Rousseau P, Hiccups. Southern medical journal. 1995 Feb;     [PubMed]
Morris LG,Marti JL,Ziff DJ, Termination of idiopathic persistent singultus (hiccup) with supra-supramaximal inspiration. The Journal of emergency medicine. 2004 Nov;     [PubMed]
Petroianu GA, Treatment of singultus by traction on the tongue: an eponym revised. Journal of the history of the neurosciences. 2013;     [PubMed]
Petroianu GA, Treatment of hiccup by vagal maneuvers. Journal of the history of the neurosciences. 2015;     [PubMed]
Seidel B,Desipio GB, Use of osteopathic manipulative treatment to manage recurrent bouts of singultus. The Journal of the American Osteopathic Association. 2014 Aug;     [PubMed]
Kwan CS,Worrilow CC,Kovelman I,Kuklinski JM, Using suboccipital release to control singultus: a unique, safe, and effective treatment. The American journal of emergency medicine. 2012 Mar;     [PubMed]
Grewal SS,Adams AC,Van Gompel JJ, Vagal nerve stimulation for intractable hiccups is not a panacea: a case report and review of the literature. The International journal of neuroscience. 2018 Jul 3;     [PubMed]
Jeon YS,Kearney AM,Baker PG, Management of hiccups in palliative care patients. BMJ supportive     [PubMed]
Lee AR,Cho YW,Lee JM,Shin YJ,Han IS,Lee HK, Treatment of persistent postoperative hiccups with stellate ganglion block: Three case reports. Medicine. 2018 Nov;     [PubMed]
Moretto EN,Wee B,Wiffen PJ,Murchison AG, Interventions for treating persistent and intractable hiccups in adults. The Cochrane database of systematic reviews. 2013 Jan 31;     [PubMed]
Choi TY,Lee MS,Ernst E, Acupuncture for cancer patients suffering from hiccups: a systematic review and meta-analysis. Complementary therapies in medicine. 2012 Dec;     [PubMed]
Yue J,Liu M,Li J,Wang Y,Hung ES,Tong X,Sun Z,Zhang Q,Golianu B, Acupuncture for the treatment of hiccups following stroke: a systematic review and meta-analysis. Acupuncture in medicine : journal of the British Medical Acupuncture Society. 2017 Mar;     [PubMed]
Hernandez SL,Fasnacht KS,Sheyner I,King JM,Stewart JT, Treatment of Refractory Hiccups with Amantadine. Journal of pain     [PubMed]
Bahadoori A,Shafa A,Ayoub T, Comparison the Effects of Ephedrine and Lidocaine in Treatment of Intraoperative Hiccups in Gynecologic Surgery under Sedation. Advanced biomedical research. 2018;     [PubMed]
Thomas RH,Thomas NJ, Miracle hiccough cure gets the attention it deserves. BMJ (Clinical research ed.). 2006 Dec 9;     [PubMed]
Kaneishi K,Kawabata M, Continuous subcutaneous infusion of lidocaine for persistent hiccup in advanced cancer. Palliative medicine. 2013 Mar;     [PubMed]
Neuhaus T,Ko YD,Stier S, Successful treatment of intractable hiccups by oral application of lidocaine. Supportive care in cancer : official journal of the Multinational Association of Supportive Care in Cancer. 2012 Nov;     [PubMed]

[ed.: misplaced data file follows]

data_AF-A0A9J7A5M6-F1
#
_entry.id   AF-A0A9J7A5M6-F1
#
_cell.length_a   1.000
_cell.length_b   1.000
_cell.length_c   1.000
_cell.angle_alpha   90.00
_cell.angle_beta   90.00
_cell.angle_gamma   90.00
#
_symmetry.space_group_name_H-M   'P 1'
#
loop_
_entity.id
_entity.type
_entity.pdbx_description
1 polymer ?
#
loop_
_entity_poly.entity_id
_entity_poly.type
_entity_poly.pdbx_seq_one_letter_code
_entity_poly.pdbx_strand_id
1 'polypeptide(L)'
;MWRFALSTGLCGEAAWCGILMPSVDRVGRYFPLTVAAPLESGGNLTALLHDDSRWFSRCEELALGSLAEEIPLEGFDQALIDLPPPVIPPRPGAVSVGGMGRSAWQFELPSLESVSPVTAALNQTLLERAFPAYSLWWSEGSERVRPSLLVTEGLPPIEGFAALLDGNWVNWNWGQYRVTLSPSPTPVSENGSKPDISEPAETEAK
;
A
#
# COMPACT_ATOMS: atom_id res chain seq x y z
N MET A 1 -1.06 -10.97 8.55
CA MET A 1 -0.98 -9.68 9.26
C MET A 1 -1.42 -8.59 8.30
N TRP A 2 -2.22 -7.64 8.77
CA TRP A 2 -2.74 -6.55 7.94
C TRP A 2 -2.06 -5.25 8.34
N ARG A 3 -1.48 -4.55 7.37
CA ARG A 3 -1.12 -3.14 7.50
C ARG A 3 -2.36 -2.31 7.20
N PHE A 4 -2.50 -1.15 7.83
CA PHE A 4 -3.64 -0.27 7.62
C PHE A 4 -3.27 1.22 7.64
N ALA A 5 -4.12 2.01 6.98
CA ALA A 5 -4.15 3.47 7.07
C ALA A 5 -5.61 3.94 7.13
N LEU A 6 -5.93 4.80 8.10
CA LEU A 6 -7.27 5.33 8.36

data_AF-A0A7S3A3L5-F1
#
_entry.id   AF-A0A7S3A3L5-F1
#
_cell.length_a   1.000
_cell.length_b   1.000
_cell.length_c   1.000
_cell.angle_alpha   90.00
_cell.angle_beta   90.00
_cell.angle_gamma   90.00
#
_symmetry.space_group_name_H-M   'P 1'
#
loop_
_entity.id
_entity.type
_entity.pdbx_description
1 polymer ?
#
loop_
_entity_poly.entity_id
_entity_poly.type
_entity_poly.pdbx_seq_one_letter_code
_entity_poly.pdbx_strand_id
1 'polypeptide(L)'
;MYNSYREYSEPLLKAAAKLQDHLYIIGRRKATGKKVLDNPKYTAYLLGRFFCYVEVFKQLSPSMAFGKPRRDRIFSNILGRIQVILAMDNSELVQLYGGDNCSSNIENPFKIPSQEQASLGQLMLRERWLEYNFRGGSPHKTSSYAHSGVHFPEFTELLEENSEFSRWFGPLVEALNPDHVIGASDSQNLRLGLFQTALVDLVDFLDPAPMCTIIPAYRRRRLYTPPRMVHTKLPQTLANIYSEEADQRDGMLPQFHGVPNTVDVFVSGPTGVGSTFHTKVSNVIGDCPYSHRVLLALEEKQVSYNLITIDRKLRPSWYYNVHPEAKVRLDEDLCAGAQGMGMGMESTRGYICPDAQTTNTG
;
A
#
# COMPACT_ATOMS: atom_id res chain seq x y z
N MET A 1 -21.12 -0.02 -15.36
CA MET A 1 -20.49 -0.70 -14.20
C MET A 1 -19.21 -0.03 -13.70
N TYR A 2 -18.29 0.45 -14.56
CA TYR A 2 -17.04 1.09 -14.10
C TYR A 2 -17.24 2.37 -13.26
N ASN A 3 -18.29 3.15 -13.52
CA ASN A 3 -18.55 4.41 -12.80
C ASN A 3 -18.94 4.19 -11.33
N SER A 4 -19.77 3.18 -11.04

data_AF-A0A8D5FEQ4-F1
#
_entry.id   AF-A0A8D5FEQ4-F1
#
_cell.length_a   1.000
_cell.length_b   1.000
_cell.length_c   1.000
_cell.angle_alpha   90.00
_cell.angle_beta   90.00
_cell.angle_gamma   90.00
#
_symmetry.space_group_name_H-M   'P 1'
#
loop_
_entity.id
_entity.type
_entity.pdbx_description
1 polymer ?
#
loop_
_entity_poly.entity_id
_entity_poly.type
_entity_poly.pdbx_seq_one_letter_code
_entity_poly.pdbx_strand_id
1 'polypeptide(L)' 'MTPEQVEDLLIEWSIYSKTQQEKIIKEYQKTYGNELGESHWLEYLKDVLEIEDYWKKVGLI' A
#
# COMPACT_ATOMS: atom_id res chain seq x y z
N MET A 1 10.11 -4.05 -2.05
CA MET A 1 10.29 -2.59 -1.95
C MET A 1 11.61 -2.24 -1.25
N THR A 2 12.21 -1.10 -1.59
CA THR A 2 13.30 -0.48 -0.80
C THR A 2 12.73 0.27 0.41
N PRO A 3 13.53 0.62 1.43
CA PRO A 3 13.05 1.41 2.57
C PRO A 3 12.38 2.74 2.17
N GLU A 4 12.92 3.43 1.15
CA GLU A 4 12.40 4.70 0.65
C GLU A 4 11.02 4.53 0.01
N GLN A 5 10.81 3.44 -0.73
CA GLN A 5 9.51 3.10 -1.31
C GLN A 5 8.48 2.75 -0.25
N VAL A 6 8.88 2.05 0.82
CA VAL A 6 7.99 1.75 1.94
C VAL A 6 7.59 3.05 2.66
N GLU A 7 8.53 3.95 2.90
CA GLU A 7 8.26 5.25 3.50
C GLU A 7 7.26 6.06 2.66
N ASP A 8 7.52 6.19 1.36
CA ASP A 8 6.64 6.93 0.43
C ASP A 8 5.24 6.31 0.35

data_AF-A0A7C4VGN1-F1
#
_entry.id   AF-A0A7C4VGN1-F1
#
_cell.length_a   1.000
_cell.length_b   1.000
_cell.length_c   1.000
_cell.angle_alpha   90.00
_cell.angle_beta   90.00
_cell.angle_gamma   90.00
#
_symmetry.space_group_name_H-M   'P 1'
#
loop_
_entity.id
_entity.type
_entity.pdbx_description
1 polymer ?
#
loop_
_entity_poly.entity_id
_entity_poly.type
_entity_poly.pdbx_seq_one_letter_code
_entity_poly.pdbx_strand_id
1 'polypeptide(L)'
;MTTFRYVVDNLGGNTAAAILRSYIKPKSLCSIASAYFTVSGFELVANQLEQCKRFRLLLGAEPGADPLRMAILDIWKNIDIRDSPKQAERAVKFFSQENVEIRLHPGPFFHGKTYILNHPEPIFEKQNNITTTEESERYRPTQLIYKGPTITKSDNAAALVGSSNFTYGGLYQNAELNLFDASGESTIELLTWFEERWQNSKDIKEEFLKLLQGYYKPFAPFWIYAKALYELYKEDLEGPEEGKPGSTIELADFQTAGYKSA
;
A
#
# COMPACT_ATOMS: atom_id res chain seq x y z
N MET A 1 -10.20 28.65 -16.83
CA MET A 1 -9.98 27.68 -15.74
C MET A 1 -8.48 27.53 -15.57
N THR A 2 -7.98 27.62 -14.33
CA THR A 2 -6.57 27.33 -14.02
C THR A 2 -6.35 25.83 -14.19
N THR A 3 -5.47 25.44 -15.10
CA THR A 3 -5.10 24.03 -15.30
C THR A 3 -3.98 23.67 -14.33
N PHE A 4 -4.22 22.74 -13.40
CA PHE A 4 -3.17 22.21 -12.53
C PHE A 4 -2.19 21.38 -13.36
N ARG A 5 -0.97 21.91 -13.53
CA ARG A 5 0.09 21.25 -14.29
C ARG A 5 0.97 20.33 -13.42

Lee GW,Oh SY,Kang MH,Kang JH,Park SH,Hwang IG,Yi SY,Choi YJ,Ji JH,Lee HY,Bruera E, Treatment of dexamethasone-induced hiccup in chemotherapy patients by methylprednisolone rotation. The oncologist. 2013;     [PubMed]
Petroianu G,Hein G,Petroianu A,Bergler W,Rüfer R, Idiopathic chronic hiccup: combination therapy with cisapride, omeprazole, and baclofen. Clinical therapeutics. 1997 Sep-Oct;     [PubMed]
Wang T,Wang D, Metoclopramide for patients with intractable hiccups: a multicentre, randomised, controlled pilot study. Internal medicine journal. 2014 Dec;     [PubMed]
Guelaud C,Similowski T,Bizec JL,Cabane J,Whitelaw WA,Derenne JP, Baclofen therapy for chronic hiccup. The European respiratory journal. 1995 Feb;     [PubMed]
Zhang C,Zhang R,Zhang S,Xu M,Zhang S, Baclofen for stroke patients with persistent hiccups: a randomized, double-blind, placebo-controlled trial. Trials. 2014 Jul 22;     [PubMed]
Boz C,Velioglu S,Bulbul I,Ozmenoglu M, Baclofen is effective in intractable hiccups induced by brainstem lesions. Neurological sciences : official journal of the Italian Neurological Society and of the Italian Society of Clinical Neurophysiology. 2001 Oct;     [PubMed]

Disclaimer

The intent of StatPearls is to provide practice questions and explanations to assist you in identifying and resolving knowledge deficits. These questions and explanations are not intended to be a source of the knowledge base of all of medicine, nor is it intended to be a board or certification review of Gastroenterology. The authors or editors do not warrant the information is complete or accurate. The reader is encouraged to verify each answer and explanation in several references. All drug indications and dosages should be verified before administration.

StatPearls offers the most comprehensive database of free multiple-choice questions with explanations and short review chapters ever developed. This system helps physicians, medical students, dentists, nurses, pharmacists, and allied health professionals identify education deficits and learn new concepts. StatPearls is not a board or certification review system for Gastroenterology, it is a learning system that you can use to help improve your knowledge base of medicine for life-long learning. StatPearls will help you identify your weaknesses so that when you are ready to study for a board or certification exam in Gastroenterology, you will already be prepared.

Our content is updated continuously through a multi-step peer review process that will help you be prepared and review for a thorough knowledge of Gastroenterology. When it is time for the Gastroenterology board and certification exam, you will already be ready. Besides online study quizzes, we also publish our peer-reviewed content in eBooks and mobile Apps. We also offer inexpensive CME/CE, so our content can be used to attain education credits while you study Gastroenterology.